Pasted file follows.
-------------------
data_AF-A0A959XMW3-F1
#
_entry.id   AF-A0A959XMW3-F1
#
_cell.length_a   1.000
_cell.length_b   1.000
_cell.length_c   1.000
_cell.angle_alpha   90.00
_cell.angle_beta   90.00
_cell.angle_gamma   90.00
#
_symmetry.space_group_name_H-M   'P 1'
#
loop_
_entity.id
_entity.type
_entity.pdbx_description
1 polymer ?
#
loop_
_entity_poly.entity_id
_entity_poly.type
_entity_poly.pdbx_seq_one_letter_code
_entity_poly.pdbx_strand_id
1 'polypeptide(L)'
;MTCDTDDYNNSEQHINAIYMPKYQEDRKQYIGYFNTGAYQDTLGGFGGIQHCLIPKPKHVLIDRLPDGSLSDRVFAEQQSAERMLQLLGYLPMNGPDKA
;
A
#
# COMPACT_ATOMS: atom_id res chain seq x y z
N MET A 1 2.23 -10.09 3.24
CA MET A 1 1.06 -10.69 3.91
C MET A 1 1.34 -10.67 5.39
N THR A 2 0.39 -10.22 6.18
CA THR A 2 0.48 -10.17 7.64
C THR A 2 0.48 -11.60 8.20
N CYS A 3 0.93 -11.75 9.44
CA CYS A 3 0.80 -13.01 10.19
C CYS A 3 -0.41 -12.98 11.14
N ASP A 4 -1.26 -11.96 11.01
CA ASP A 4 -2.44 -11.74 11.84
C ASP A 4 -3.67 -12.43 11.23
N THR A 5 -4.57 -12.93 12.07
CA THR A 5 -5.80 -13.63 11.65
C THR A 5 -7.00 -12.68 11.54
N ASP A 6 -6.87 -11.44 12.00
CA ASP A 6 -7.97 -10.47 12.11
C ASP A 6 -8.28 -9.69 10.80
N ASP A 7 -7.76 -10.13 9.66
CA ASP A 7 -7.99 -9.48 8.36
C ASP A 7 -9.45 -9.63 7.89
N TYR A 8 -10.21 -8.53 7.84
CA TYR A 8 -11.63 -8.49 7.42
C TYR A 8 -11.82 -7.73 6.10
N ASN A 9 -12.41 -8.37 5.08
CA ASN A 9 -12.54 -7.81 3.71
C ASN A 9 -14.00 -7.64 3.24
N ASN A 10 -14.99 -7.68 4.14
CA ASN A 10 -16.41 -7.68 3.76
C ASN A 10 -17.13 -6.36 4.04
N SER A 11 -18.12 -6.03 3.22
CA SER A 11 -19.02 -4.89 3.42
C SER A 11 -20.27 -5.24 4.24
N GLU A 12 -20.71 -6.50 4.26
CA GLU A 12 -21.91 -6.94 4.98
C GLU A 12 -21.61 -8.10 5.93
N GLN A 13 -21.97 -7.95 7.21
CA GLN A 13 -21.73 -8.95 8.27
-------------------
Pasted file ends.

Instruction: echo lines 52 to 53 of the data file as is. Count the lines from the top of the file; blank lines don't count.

N TYR A 8 -10.21 -8.53 7.84
CA TYR A 8 -11.63 -8.49 7.42